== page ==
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Give curling a whirl

Curling

When the weather turns frigid, it’s tempting to just hibernate for the winter. Or you could join the Des Moines Curling Club.

“Curling combines the fun of bowling, softball and other community-based sports with complex strategy that can be played at almost any age,” said curling enthusiast Michael Sible. “Plus, it’s pretty much the last Olympic sport you can fantasize competing in.” (Curling has been an Olympic sport since 1988).

Once a week, for an eight-week period, 66 members of the Des Moines Curling Club meet at the Metro Ice Sports Facility in Urbandale for curling competition and camaraderie.

Sible, the president of the Des Moines Curling Club, started playing in 2000 while living in St. Paul. In 2013, the Des Moines Curling Club was founded, and it’s been growing ever since. The Des Moines club is a member of the USCA, the U.S. Curling Association. “This is our sixth year on ice,” said Sible.

The history of curling dates to the 16th century. Although the origins aren’t exactly clear, there’s evidence it existed in Scotland in the early 1500s.

Some of the terminology of curling can be perplexing, such as "burning a rock." That’s when a player touches the rock, or stone, as it’s moving down the sheet.

If you "hurry hard," you have been instructed by the skip (think quarterback) to sweep in front of the stone. When you throw the rock to the house and land on the button, you are having a great game.  

The rock, or 42-pound granite stone, is delivered to the house, the area of the bull’s-eye rings, 12-foot, 8-foot, 4-foot, and the center is the button. The playing surface is the called the curling sheet. The curl, or turn, is the rotation of the stone, clockwise or counter clockwise, resulting in a curved path.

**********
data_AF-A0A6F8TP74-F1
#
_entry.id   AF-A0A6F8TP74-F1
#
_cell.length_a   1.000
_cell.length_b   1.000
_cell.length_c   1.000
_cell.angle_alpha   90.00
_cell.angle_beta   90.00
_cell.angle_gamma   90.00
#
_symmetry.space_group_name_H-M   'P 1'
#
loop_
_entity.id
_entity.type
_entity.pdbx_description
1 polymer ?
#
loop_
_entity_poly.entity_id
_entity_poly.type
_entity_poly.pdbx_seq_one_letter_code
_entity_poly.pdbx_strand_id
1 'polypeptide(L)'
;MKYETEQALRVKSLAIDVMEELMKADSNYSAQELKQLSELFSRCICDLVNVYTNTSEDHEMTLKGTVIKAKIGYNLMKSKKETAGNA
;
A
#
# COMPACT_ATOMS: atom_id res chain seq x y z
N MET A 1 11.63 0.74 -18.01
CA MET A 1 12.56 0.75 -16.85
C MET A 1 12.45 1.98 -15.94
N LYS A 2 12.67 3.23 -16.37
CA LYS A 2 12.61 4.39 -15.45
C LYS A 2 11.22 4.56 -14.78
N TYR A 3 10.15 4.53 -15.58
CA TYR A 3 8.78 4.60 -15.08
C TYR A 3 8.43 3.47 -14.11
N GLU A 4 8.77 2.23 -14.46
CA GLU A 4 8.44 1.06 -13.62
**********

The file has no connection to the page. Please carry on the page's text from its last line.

Sible said the most difficult challenge for a beginner is a consistent delivery while balancing and trying to aim accurately. Although curling appears to be a simple game, strategy and teamwork are essential.

“Curling is to shuffle board what chess is to checkers,” said Sible. “They look similar, but the complexity is many times greater.”

Following the match, the players put up their brooms and the winning team buys the losing team a drink, the tradition is known as "broomstacking."   

“While we enjoy the competition, the camaraderie is more important,” said Sible. “And we’re always looking to teach more people.”

For more information about the club, check out dmcurling.com.

So what is curling?

Basically, two teams of four players try to place the stones as close to the center of the target as possible.

The team skip, or captain, directs the players for placement, and the lead, second and third do the sweeping.

Sweeping causes a change in the path and speed of the stone by warming the ice and reducing friction.

A period of play is called an end, and a game is 8 or 10 ends. So what is curling?